Wednesday, November 23, 2011

What is Green Building? A Whole House Approach is a Key Element

Homeowners who are interested in Greening their existing home should seek some guidance before diving in too deep. A prime example is having a solar electric system installed on a house that has multiple problems of inadequate insulation and air infiltration. Spending thousands of dollars to generate electricity to heat a leaky building is a waste of both financial and natural resources.

A Whole House Approach considers the building as a system with interrelated parts. A first step would be to have a blower door test conducted to determine the locations and extent of air leaks. Heat generated inside will seek the colder space outside any way it can. Money can be better spent on sealing and insulating, upgrading the home's overall performance, before adding a new expensive component like an elaborate photovoltaic system. With this approach, the size and expense of a solar system (if desired) can be moderated to fit the improved building system.

Contact us for assistance in analyzing where to begin Greening your Whole House.

Tom Trent Builders Certified Green Building Professional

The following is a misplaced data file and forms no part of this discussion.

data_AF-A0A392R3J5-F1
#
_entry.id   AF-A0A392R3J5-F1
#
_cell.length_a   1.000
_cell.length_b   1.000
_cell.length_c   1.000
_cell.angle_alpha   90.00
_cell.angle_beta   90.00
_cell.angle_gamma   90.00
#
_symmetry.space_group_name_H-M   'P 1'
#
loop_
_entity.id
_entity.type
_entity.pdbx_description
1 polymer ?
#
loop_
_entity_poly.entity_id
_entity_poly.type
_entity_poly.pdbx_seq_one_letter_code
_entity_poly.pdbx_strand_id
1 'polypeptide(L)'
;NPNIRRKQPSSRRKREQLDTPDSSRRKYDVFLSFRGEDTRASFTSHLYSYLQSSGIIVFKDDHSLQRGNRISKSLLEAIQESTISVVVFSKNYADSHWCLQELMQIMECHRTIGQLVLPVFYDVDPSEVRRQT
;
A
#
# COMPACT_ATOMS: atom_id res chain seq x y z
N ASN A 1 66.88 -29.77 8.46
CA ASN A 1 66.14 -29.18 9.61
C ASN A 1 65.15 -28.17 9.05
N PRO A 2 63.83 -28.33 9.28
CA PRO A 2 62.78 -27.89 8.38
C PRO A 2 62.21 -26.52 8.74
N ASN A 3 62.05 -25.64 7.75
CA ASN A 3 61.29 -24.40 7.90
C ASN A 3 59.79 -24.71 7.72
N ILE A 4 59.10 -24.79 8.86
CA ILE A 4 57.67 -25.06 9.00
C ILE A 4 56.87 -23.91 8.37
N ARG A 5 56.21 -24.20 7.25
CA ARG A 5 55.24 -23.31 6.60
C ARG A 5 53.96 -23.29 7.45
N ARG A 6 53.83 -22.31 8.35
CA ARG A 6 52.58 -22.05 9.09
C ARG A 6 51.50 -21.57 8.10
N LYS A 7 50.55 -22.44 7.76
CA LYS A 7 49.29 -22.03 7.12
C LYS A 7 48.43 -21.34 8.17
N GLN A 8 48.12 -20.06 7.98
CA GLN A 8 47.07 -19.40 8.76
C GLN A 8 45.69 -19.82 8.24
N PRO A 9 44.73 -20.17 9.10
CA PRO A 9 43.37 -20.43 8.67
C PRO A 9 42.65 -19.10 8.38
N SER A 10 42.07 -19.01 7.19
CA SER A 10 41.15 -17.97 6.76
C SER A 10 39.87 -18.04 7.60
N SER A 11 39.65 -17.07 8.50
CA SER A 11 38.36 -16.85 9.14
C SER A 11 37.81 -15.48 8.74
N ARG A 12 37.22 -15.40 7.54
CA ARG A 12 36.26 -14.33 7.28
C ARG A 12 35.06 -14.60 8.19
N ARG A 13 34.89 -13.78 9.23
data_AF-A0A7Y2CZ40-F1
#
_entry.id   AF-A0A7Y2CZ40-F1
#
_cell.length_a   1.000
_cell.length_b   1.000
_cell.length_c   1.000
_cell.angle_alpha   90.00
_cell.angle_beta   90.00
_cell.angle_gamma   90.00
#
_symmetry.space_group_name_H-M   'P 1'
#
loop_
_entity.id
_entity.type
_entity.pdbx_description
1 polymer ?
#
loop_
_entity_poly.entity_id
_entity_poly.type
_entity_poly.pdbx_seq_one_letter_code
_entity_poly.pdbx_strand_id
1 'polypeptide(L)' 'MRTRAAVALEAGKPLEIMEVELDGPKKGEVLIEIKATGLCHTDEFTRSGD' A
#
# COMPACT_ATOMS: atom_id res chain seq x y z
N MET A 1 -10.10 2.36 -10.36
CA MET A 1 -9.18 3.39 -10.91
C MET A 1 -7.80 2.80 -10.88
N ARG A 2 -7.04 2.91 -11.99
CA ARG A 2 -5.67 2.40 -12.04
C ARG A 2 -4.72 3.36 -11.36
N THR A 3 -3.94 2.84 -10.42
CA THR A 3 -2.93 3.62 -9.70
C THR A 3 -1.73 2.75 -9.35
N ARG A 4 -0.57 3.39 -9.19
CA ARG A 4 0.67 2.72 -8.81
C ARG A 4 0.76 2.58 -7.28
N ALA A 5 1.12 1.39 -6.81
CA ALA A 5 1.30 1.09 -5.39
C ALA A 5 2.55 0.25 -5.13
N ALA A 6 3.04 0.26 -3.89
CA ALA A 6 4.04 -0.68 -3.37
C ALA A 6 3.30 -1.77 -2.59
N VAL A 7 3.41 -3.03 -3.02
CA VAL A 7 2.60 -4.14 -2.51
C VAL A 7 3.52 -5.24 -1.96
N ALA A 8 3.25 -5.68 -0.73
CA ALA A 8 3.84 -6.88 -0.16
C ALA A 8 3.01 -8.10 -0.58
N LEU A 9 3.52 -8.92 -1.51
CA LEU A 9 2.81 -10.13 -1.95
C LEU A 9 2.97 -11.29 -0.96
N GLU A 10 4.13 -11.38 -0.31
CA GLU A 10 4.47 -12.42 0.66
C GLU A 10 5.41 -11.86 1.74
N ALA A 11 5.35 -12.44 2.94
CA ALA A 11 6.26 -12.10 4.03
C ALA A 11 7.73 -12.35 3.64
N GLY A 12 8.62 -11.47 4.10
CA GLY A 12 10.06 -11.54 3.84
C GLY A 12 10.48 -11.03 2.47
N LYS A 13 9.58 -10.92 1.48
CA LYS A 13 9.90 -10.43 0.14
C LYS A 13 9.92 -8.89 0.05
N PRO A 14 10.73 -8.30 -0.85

Thursday, February 17, 2011

What is Green Building? It's About Performance

How Green is my building? It can be looked at as how a home or place of business performs with respect to energy use, indoor air quality, general comfort, and impact on the environment. A drafty house with excessive moisture (promoting mold), that costs a small fortune to heat is pretty hard on both the budget and the state of mind.

Most of the buildings we live and work in could use some help--ranging from a tune-up to an overhaul--to improve their performance. The benefits of a better-performing building include lower heating/cooling costs, higher comfort level, and less negative impact on the environment.

The average useful life of a furnace is about 15 years, with decreasing efficiency over time. As much as 30% of the warm air probably escapes under the house or in the attic before it warms us due to unsealed, leaking ductwork.

Many buildings built before the last decade have what would now be regarded as inadequate insulation to conserve the warm air generated by the inefficient heating system. And there are a myriad of air leaks that could be sealed where plumbing and electrical components penetrate into the living space.

Single pane windows (homes built as recently as 30 years ago have these) and unsealed crawl spaces promote condensation and interior moisture, which can lead to mildew and mold in the home. There are health risks associated with these conditions.

These are but a few of the most obvious places to start the tune-up or overhaul your building needs. Contact us to schedule a complimentary evaluation of your building's performance.